Businesses have been moving to a cloud operating model for the better part of two decades, but the term “cloud” has been continuously evolving. Early cloud deployments were akin to hosted services where a business would “lift and shift” a workload to an offsite location. For the past decade or so, cloud has been defined by public clouds, where businesses would deploy data and/or workloads in a hyper-scaler such as AWS, Azure, or GCP.
Based on my conversations with IT leaders, it’s been my thesis that we are in the midst of the next evolutionary step in cloud, and that’s hybrid cloud, which is defined as a combination of two more clouds that are centrally managed. This can include on-premises private, hosted private, or public infrastructure-as-a-service (IaaS) cloud.
One good anecdotal proof point that the hybrid cloud is real is that all “big three” cloud providers (Amazon, Google, and Microsoft) all have their own hybrid cloud offerings. I recall the Re:Invent 2019 event when AWS released Outposts. In the analysts’ Q&A session, I asked then-head of AWS Andy Jassey why the company chose to come to market with its own private cloud stack, and he gave a very simple answer of “because our enterprise customers want it.”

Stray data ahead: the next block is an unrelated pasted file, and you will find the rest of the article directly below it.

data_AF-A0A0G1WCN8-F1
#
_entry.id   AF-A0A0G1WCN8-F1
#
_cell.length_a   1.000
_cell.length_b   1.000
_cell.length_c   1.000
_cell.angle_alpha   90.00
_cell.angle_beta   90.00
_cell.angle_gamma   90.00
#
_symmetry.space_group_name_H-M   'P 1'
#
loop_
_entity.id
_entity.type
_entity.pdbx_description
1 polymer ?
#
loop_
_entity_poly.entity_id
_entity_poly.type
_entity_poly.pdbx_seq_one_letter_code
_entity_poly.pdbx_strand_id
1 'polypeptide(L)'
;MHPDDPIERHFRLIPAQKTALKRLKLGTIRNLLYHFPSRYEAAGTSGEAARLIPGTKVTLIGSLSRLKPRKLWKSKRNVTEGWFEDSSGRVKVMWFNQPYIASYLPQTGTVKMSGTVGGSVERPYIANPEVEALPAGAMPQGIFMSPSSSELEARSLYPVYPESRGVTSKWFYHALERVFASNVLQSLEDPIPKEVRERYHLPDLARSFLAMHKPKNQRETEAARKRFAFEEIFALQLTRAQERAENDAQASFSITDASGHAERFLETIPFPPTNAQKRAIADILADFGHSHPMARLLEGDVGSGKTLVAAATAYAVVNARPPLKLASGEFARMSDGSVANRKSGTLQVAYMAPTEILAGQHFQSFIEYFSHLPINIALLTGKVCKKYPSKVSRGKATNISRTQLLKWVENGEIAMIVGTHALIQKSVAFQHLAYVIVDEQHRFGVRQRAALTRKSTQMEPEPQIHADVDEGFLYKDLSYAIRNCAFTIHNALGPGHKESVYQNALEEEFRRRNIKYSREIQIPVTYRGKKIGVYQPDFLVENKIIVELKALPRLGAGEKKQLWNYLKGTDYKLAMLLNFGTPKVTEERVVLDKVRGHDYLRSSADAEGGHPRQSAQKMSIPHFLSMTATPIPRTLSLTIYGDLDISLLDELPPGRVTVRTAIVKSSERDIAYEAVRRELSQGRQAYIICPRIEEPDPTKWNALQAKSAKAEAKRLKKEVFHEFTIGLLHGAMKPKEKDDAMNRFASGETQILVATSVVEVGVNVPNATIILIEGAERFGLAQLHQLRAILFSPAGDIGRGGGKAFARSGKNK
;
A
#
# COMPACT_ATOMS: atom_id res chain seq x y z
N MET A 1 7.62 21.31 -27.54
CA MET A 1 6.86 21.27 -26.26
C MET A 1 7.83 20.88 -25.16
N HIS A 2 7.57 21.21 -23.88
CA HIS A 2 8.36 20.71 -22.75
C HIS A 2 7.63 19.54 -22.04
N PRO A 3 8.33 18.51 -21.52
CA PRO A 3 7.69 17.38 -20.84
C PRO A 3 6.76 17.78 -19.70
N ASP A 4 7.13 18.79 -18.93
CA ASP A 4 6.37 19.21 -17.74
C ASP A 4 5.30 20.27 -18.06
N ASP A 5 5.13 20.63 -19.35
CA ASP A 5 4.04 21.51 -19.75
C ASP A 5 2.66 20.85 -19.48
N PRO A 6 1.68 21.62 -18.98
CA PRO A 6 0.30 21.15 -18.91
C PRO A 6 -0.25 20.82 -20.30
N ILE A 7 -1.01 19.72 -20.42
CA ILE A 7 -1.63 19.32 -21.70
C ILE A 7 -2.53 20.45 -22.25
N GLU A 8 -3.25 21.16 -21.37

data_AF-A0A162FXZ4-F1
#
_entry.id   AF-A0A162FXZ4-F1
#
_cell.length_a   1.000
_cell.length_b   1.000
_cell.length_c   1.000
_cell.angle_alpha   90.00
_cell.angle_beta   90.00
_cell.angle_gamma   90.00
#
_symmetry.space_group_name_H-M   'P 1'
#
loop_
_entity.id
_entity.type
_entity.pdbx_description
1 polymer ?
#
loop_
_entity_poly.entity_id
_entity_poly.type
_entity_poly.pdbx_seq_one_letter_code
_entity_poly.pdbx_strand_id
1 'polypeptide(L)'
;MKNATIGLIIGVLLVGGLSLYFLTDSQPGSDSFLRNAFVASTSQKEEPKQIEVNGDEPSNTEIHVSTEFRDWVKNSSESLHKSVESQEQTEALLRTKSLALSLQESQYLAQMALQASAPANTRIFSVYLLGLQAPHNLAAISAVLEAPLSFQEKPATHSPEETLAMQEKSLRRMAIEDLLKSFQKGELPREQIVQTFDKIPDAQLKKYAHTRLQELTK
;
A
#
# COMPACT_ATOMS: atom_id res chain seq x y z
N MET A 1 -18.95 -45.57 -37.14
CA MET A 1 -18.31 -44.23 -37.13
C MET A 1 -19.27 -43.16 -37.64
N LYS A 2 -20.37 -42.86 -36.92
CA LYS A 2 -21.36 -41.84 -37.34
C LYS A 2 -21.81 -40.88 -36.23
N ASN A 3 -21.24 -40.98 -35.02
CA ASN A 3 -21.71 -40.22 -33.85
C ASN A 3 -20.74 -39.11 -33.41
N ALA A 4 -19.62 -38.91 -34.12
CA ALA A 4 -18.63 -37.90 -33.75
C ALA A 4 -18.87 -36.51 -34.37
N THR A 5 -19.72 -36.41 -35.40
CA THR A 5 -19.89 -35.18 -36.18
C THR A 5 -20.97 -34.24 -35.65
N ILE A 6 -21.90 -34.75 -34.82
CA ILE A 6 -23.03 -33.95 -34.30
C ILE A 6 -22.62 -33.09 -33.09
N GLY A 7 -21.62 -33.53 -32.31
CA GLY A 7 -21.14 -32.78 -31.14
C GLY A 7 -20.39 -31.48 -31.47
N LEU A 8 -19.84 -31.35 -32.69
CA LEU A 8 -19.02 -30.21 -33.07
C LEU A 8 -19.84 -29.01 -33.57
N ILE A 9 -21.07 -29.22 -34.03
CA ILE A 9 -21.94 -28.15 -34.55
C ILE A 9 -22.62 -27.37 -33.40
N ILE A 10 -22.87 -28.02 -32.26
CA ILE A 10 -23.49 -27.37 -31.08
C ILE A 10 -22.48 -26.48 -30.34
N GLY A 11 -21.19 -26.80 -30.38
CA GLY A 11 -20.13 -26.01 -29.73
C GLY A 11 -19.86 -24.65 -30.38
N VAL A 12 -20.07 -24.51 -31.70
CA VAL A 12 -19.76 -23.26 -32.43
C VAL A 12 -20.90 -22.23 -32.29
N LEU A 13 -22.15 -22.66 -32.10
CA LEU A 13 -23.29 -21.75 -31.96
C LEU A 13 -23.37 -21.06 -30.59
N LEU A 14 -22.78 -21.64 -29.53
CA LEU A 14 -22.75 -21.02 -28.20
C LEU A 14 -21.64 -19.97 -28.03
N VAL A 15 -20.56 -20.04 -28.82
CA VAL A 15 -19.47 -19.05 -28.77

Cisco recently released its “2022 Global Hybrid Cloud Trends Report,” which examines the promise of hybrid cloud and offers guidance to businesses making the transition to a hybrid cloud model. The report is based on data collected from a survey of 2,500 global IT decision-makers and professionals in cloud operations (CloudOps), development and IT operations (DevOps), and enterprise networking roles. The survey was conducted between April 11 and May 6, 2022, in 13 countries across North America, Latin America, Western Europe, and Asia-Pacific.
In the report, Cisco recommends moving to an infrastructure strategy that is cloud-ready and uses a cloud-smart operations model.